Google has admitted that for the
past three years it has wrongly collected information people have sent
over unencrypted wi-fi networks.
The issue came to light after German authorities asked to audit the
data the company’s Street View cars gathered as they took photos viewed
on Google maps.
Google said during a review it found it had “been mistakenly
collecting samples of payload data from open networks”.
The admission will increase concerns about potential privacy
These snippets could include parts of an email, text or photograph
or even the website someone may be viewing.
In a blogpost Google said as soon as it became aware of the problem
it grounded its Street View cars from collecting wi-fi information and
segregated the data on its network.
It is now asking for a third party to review the software that
caused the problem and examine precisely what data had been gathered.
“Maintaining people’s trust is crucial to everything we do, and in
this case we fell short,” wrote Alan Eustace, senior vice president of
engineering and research.
“The engineering team at Google works hard to earn your trust – and
we are acutely aware that we failed badly here.”
‘Pushing the envelope’
Google said the problem dated back to 2006 when “an engineer working
on an experimental wi-fi project wrote a piece of code that sampled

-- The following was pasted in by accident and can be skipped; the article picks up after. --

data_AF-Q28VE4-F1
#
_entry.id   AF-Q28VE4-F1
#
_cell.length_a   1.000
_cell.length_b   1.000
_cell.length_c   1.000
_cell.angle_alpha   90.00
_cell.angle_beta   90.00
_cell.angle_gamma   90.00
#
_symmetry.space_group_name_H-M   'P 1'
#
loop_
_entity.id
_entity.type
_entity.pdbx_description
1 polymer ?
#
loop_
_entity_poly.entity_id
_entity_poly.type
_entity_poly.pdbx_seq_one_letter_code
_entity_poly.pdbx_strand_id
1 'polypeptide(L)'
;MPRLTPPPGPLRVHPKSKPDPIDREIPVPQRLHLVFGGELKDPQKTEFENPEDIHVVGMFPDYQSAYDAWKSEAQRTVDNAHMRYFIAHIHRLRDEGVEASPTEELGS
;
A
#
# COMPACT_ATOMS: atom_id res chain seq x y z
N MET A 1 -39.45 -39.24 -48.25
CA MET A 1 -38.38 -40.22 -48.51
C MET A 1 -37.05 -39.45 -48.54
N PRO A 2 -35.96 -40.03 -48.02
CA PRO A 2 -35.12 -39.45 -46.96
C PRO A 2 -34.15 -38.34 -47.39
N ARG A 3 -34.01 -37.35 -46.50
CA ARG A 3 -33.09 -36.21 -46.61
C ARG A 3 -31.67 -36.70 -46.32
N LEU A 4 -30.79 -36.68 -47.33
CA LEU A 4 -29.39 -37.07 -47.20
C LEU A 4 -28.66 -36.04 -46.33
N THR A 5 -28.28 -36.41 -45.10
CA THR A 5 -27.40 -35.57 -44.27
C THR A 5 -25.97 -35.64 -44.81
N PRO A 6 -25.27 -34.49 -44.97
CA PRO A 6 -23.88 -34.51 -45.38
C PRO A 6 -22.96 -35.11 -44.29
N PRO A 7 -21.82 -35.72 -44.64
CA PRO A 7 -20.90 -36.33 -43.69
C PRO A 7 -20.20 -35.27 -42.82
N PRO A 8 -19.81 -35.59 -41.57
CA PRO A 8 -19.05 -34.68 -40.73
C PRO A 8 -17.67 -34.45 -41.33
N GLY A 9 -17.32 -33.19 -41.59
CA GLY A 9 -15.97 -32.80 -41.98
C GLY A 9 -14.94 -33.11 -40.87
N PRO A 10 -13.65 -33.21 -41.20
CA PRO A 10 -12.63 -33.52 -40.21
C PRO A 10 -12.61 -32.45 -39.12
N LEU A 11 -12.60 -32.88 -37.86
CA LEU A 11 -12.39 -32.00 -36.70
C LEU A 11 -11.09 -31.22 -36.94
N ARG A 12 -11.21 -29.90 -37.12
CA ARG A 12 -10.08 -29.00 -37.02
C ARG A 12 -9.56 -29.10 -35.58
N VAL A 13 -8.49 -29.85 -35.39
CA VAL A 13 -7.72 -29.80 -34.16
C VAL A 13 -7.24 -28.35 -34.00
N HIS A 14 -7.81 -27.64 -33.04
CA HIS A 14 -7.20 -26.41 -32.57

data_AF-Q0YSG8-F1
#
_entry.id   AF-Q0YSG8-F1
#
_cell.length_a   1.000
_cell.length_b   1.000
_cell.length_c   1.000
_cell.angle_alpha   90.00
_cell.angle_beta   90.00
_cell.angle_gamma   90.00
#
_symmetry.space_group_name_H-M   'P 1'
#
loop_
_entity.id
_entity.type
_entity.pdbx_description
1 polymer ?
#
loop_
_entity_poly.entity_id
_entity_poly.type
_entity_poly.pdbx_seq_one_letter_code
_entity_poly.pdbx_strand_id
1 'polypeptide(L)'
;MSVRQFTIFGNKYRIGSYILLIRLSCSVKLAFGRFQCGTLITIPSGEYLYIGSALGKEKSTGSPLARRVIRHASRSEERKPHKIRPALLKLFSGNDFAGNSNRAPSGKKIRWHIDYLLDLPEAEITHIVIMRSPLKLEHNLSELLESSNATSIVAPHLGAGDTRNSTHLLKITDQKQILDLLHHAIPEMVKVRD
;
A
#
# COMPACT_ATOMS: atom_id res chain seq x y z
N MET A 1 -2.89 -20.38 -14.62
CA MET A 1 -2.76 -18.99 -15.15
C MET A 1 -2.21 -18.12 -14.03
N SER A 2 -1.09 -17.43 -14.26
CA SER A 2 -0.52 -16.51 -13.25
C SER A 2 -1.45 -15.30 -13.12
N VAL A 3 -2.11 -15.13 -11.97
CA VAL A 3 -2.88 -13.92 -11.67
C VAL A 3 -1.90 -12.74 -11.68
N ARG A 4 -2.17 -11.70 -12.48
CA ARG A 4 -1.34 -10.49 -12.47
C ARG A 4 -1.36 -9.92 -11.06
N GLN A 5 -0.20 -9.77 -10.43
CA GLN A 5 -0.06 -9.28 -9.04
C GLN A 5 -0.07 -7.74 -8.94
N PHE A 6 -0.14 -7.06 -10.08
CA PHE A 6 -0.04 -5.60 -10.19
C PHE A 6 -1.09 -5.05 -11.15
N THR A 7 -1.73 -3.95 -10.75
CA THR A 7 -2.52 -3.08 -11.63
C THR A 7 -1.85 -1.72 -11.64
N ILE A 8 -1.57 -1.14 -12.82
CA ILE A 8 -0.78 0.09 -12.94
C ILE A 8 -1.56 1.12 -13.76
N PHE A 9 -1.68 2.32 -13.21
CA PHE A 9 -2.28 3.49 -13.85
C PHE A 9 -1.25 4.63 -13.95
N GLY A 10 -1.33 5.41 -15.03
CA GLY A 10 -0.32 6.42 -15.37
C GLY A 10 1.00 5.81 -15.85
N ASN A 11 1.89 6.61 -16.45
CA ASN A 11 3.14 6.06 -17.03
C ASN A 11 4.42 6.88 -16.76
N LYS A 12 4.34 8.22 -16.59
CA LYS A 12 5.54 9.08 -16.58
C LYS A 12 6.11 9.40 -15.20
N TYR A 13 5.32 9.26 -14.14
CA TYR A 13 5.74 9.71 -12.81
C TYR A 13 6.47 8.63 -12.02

all categories of publicly broadcast wi-fi data”.
That code was included in the software the Street View cars used and
“quite simply, it was a mistake”, said Mr Eustace.
“This incident highlights just how publicly accessible, open,
non-password protected wi-fi networks are today.”
Dan Kaminsky, director of penetration testing for security firm
Ioactive, said there was no intent by Google.
“This information was leaking out and they picked it up. If you are
going to broadcast your email on an open wi-fi, don’t be surprised if
someone picks it up.”
John Simpson, from the Consumer Watchdog, told the BBC: “The problem
is [Google] have a bunch of engineers who push the envelope and gather
as much information as they can and don’t think about the
ramifications of that.”
Dr Ian Brown, an expert on privacy and cyber security at the Oxford
Internet Institute, told BBC News the wi-fi data collection was part of
an idea to accurately map a user’s location on Google Map and Street
“The idea was to use to the different signals and strengths from
wi-fi and phones to position a users – think of it as a sort of GPS.
“However, there are concerns in many countries that Google has
broken numerous data protection and privacy laws by collecting this data
and I expect a clutch of lawsuits to follow,” he said.